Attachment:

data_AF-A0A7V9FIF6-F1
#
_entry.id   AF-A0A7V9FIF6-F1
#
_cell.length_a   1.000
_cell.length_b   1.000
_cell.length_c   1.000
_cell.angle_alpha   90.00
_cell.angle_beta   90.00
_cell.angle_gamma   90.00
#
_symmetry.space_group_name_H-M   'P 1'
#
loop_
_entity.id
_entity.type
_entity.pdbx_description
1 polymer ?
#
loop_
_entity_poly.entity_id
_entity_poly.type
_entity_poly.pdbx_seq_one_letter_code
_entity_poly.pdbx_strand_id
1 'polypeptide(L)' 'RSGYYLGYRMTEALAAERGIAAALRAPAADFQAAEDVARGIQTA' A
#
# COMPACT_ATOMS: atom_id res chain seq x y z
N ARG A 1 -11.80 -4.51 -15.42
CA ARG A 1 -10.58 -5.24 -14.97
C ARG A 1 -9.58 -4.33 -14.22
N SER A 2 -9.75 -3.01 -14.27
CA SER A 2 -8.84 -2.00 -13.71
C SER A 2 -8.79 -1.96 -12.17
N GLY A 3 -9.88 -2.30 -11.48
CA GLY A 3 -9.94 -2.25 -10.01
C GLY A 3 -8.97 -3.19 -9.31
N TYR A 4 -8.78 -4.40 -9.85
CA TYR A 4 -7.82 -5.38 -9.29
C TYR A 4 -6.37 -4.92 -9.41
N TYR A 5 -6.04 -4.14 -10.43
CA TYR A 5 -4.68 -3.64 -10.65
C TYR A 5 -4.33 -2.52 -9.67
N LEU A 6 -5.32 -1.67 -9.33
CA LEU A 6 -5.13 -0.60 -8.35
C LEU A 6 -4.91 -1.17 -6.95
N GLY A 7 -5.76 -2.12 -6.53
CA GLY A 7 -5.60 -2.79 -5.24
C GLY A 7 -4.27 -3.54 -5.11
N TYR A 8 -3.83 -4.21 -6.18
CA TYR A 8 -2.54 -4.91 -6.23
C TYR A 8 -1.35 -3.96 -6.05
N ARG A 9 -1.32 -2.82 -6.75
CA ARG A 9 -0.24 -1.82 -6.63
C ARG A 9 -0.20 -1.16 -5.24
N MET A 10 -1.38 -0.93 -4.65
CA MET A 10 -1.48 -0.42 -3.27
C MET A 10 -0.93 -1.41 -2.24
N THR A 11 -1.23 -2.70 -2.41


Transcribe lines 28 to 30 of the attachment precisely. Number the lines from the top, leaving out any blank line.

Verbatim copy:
N ARG A 1 -11.80 -4.51 -15.42
CA ARG A 1 -10.58 -5.24 -14.97
C ARG A 1 -9.58 -4.33 -14.22